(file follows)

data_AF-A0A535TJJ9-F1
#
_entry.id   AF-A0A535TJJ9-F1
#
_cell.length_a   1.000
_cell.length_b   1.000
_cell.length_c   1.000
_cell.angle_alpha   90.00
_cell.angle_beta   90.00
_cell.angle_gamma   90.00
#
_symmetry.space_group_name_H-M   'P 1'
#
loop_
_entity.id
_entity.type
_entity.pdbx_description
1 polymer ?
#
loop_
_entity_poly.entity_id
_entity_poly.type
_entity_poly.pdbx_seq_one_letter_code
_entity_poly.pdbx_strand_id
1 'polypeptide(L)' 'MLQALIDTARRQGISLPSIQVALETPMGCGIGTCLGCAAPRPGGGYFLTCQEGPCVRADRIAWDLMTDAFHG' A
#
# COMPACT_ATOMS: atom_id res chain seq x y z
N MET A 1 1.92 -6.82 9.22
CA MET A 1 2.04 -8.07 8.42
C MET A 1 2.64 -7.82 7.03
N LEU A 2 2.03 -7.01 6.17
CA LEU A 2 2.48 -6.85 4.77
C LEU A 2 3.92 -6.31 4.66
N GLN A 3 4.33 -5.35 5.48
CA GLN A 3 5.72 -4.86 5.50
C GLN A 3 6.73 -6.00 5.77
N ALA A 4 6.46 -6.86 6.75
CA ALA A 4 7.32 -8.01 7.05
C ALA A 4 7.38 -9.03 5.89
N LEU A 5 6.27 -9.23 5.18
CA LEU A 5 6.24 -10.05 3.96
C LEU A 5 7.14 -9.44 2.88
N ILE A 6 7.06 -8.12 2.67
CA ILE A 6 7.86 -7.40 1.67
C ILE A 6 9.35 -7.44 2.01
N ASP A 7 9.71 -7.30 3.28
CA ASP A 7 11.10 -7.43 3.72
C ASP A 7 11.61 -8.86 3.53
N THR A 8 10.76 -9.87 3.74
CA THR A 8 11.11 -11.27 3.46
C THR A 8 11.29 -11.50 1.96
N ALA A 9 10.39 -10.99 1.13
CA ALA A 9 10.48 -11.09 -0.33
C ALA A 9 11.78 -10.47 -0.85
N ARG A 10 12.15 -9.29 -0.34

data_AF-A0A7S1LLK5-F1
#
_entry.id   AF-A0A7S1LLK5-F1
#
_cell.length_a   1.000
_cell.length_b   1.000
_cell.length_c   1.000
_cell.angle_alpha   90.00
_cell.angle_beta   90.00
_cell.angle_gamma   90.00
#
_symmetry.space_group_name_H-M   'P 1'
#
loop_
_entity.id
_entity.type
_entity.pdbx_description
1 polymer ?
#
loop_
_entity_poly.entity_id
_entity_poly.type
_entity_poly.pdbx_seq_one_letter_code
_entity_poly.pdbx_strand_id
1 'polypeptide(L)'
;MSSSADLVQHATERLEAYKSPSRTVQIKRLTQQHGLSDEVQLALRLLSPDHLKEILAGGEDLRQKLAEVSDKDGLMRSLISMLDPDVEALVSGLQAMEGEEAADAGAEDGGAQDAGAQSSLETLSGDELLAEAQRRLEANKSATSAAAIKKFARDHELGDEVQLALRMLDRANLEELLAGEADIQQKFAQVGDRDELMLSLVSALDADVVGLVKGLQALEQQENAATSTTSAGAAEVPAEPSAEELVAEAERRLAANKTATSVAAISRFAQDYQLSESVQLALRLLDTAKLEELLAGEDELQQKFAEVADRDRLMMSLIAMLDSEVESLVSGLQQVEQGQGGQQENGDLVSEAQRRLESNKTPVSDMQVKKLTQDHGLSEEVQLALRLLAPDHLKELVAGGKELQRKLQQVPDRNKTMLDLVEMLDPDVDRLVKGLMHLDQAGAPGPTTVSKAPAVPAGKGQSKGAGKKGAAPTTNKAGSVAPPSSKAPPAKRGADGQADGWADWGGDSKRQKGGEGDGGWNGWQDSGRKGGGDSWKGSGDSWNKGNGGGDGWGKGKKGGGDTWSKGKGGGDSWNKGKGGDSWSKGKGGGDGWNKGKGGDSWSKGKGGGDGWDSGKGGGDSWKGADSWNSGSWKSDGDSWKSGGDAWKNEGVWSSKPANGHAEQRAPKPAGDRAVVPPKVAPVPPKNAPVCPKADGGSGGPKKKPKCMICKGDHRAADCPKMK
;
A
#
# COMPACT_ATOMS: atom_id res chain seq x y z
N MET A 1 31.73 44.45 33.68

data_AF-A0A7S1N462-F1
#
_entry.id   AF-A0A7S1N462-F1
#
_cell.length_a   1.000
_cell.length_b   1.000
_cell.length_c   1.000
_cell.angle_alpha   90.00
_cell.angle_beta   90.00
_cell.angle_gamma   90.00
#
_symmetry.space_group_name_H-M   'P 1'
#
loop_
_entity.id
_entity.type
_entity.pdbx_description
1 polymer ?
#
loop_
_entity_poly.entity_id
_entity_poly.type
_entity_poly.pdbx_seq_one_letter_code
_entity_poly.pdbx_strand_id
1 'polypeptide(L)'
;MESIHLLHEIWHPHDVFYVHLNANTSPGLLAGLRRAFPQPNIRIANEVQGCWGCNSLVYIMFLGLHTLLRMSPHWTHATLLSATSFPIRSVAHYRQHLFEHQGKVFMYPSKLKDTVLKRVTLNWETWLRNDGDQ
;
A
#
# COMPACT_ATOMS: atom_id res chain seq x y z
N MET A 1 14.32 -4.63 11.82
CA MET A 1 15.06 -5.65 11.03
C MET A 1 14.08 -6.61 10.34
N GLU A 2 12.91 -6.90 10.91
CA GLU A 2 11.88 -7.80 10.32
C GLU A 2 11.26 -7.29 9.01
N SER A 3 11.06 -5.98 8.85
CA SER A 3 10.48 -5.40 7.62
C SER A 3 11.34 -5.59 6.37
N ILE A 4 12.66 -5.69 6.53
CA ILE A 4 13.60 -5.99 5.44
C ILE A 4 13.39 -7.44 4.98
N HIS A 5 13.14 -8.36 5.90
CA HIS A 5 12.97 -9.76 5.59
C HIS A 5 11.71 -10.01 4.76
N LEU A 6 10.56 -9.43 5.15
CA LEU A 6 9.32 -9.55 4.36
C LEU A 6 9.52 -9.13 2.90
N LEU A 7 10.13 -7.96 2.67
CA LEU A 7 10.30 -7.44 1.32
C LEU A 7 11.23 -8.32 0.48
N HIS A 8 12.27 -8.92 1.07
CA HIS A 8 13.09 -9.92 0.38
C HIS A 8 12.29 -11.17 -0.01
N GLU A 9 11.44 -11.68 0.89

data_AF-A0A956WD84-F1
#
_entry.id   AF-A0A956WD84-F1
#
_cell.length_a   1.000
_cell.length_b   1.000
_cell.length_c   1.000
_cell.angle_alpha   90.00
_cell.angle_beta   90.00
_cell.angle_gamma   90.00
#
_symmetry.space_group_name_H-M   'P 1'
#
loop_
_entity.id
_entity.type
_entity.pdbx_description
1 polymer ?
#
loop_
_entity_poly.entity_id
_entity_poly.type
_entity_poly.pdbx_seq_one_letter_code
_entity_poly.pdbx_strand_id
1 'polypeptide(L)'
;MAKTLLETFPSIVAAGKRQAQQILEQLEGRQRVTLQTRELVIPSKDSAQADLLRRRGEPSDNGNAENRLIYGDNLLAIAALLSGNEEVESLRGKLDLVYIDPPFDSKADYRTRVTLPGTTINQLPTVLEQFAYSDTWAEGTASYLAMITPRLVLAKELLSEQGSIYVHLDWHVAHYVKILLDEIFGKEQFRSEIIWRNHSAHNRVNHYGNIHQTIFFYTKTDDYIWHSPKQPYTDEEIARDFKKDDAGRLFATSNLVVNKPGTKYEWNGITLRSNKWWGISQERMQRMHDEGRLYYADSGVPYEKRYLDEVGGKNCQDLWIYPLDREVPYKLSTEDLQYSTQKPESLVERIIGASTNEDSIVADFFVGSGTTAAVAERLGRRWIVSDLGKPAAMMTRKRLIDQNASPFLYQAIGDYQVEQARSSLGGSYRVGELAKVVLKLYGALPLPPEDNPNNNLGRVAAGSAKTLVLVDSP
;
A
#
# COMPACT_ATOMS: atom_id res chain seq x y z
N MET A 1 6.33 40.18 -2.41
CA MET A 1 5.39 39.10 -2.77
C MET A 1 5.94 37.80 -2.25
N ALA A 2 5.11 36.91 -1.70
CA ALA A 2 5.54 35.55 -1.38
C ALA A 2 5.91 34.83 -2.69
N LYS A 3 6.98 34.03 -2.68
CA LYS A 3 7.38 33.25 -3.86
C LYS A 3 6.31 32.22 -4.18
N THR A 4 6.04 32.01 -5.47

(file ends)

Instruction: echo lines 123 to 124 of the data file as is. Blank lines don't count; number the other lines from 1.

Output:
N SER A 3 11.06 -5.98 8.85
CA SER A 3 10.48 -5.40 7.62